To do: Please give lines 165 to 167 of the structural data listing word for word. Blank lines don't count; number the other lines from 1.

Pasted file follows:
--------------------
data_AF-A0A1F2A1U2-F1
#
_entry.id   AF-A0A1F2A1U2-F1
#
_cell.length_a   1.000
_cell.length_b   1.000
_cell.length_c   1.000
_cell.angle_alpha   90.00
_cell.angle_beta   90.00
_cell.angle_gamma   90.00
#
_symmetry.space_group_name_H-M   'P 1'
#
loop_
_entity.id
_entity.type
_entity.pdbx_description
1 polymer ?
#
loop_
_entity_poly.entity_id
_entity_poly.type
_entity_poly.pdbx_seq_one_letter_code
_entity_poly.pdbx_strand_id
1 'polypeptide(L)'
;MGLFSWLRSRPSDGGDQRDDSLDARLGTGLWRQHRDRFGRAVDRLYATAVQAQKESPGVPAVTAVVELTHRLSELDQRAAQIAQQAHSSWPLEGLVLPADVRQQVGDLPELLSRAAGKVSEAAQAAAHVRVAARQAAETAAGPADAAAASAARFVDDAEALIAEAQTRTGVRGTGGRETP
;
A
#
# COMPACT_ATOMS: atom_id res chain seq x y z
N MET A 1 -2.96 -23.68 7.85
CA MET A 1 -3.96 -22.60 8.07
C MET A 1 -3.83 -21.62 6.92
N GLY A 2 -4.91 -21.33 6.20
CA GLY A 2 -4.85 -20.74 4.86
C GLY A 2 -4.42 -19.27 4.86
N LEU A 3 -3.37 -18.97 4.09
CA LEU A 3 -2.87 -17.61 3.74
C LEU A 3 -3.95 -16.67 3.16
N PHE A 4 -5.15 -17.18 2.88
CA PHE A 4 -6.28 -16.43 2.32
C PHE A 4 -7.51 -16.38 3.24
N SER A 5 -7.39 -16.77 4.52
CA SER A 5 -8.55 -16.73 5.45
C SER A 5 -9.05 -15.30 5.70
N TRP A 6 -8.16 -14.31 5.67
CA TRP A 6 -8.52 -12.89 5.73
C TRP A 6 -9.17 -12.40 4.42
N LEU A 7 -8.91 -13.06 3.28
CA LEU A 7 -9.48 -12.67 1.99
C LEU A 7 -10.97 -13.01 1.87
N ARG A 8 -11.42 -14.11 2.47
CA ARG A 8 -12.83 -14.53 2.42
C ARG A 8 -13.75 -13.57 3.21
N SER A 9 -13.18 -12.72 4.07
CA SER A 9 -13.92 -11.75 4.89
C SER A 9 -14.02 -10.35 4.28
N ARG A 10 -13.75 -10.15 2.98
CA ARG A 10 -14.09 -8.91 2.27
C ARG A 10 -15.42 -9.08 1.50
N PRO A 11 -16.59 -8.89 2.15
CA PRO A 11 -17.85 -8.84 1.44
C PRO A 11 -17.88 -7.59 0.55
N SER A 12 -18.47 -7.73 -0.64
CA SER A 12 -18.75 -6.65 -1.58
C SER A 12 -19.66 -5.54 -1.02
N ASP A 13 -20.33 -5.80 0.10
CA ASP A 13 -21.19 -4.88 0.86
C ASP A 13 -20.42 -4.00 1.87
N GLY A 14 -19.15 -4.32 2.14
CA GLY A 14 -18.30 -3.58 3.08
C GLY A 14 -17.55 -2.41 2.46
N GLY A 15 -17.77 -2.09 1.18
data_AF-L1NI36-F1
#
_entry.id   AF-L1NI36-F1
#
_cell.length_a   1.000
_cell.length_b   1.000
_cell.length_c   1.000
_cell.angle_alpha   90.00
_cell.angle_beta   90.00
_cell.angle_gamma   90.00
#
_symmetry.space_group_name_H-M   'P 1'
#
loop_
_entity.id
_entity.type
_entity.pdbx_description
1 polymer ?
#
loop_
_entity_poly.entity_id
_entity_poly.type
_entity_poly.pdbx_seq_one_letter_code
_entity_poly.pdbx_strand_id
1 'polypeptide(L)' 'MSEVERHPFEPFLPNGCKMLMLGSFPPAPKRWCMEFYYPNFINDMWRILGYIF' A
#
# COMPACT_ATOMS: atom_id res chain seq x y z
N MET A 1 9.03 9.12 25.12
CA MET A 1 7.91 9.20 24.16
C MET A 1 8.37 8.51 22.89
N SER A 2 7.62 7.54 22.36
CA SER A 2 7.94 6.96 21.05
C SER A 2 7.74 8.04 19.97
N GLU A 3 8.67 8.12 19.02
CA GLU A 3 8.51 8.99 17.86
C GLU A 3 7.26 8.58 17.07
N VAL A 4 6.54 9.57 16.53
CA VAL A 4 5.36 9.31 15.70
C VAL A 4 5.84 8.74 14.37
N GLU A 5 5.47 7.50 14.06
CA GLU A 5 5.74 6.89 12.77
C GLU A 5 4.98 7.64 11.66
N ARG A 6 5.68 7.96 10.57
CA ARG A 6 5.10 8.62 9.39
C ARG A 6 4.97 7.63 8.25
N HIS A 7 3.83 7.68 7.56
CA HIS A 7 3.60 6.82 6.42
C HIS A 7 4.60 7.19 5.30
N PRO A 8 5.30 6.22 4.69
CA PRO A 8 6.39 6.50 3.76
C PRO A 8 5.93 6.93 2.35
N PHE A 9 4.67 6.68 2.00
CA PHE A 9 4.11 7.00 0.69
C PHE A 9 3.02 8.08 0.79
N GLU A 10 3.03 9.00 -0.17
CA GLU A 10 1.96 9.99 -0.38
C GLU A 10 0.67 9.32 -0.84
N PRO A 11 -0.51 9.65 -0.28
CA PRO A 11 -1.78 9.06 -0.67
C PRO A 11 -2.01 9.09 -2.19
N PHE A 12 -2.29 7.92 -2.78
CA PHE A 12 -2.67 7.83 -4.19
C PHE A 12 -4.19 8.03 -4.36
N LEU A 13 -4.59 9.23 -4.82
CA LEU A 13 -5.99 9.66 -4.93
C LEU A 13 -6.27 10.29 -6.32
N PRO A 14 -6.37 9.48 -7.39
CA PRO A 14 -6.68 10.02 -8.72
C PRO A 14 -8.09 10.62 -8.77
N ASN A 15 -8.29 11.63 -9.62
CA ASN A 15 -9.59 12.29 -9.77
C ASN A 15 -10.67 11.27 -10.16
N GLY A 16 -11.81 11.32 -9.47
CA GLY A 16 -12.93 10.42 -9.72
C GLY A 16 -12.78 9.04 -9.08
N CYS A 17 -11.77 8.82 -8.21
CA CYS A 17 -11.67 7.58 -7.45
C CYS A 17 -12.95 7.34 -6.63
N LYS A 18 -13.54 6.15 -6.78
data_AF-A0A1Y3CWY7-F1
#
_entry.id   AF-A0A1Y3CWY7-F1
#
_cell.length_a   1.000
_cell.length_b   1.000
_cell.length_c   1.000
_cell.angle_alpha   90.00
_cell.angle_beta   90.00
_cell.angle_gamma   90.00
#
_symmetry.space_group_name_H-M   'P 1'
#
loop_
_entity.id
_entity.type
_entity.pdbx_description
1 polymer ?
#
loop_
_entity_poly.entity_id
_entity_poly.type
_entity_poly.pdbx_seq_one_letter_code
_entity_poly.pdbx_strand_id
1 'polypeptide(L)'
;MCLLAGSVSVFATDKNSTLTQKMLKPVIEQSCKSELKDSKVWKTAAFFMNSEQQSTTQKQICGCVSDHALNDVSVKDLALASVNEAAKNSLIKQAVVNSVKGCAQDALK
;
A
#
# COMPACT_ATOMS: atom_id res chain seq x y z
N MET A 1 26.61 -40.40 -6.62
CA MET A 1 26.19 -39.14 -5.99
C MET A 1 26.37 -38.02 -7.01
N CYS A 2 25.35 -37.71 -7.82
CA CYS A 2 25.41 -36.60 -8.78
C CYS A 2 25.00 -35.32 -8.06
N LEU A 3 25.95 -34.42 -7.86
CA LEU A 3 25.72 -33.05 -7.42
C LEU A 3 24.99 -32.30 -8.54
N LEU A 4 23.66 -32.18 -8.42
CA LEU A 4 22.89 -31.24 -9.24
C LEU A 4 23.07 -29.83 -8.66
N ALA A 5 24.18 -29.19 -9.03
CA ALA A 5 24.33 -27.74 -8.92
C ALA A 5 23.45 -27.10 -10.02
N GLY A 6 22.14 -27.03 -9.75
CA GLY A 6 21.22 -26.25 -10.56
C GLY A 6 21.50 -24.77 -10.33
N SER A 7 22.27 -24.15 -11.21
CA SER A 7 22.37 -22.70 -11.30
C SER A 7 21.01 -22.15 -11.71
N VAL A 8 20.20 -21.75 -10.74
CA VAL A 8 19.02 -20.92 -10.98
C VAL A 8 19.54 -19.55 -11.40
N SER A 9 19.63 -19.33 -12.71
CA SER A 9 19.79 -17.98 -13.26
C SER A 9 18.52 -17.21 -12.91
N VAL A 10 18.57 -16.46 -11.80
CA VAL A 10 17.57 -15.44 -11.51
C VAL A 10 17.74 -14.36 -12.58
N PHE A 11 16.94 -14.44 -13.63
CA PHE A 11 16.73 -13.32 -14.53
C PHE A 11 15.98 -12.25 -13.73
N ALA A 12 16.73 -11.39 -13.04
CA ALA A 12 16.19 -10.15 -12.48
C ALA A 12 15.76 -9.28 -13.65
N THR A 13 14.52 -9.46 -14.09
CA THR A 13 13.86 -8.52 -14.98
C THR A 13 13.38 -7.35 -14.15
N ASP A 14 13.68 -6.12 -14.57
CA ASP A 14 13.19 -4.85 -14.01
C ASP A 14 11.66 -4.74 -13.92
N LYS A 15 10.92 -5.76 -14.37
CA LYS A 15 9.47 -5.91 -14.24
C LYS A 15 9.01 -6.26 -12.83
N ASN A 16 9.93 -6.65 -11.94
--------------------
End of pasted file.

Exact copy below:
#
loop_
_entity.id